Commercial composting is a larger operation that allows for the breakdown of more complex products than those able to be composted at home. This process includes screening incoming items and then sorting them into two piles: organic and inorganic. Once the items have been sorted, they are broken down into smaller pieces with tools called grinders or chippers. Then the optimal composting conditions are introduced to begin the composting process. This means that factors like oxygen, temperature, and moisture levels are controlled and adjusted.

Residential composting is a smaller-scale operation that is very easy to achieve on your own. To do it, you simply need to collect your food scraps in a designated bin (or outdoors, in a compost pile). You can add your yard waste to the compost and occasionally stir it to help promote the breakdown of organic materials. When doing residential composting, you should never try to compost things like meats or cheeses (including fish) because the conditions required to compost them are not achievable in your home.

Biodegradable and compostable plastics

As humans are becoming more aware of the impact that their purchases and products have on the earth, things like biodegradable and compostable plastics are becoming more and more common. These are seen as a more attractive option than petroleum-based plastics, and these new plastics are often used for disposable cutlery, phone cases, and much more.

However, as with most things, these biodegradable and compostable plastics have their fair share of drawbacks. Here are some of the pros and cons to consider about them:

Pros of biodegradable and compostable plastics

  • Biodegradable and compostable plastics— also called bioplastics— are plant-based, unlike other types of plastic.
  • Manufacturing these plastics seems to have a lower carbon footprint than non-bioplastics, although this has not been categorically proven true.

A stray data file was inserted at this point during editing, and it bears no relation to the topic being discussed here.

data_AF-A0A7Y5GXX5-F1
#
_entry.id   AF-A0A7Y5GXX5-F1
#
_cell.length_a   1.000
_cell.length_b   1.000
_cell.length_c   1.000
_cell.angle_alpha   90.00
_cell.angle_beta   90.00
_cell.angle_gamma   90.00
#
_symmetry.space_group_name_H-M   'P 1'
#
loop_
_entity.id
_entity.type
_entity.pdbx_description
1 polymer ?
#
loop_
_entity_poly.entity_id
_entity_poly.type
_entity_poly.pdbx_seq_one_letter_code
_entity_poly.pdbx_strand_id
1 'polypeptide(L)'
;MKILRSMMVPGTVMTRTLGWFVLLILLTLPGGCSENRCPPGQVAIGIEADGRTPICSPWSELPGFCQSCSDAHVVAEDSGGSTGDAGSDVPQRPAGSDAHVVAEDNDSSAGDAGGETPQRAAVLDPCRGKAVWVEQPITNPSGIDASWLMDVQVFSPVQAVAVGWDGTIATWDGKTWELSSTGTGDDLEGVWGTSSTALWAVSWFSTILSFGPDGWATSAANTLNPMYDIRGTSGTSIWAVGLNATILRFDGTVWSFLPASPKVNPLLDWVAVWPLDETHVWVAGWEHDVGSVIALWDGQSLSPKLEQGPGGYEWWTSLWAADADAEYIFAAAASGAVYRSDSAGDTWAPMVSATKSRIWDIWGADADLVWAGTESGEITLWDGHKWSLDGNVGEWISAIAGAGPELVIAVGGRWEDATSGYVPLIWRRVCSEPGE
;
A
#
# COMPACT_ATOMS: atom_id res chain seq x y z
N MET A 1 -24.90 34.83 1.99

Cons of biodegradable and computable plastics

  • To process of breaking down these plastics is intense and only possible at industrial facilities capable of producing intense heat. Without this high level of heat, these plastics would take decades to break down on their own.
  • These plastics still biodegrade slowly in marine conditions, meaning that they still contribute to the massive plastic problem in the oceans.
  • You must recycle these plastics separately from your other recyclable materials.

Is it better to purchase biodegradable or compostable products?

Purchasing compostable or biodegradable products is a great way to reduce your environmental impact, but it requires some attention to detail. Compostable items are typically the most helpful if your goal is to minimize your carbon footprint, but not all compostable items are created equal. Each item requires specific circumstances to be composted, so make sure you read all of the labels and descriptions clearly if available. Take a look at some of our articles on biodegradable vs compostable products we love!

Final Thoughts

The terms biodegradable and compostable are everywhere these days, and although similar, they mean different things. Compostable items are all biodegradable, but biodegradable items are not all compostable. Be sure to read the labels carefully on items you purchase to determine whether it is compostable or biodegradable.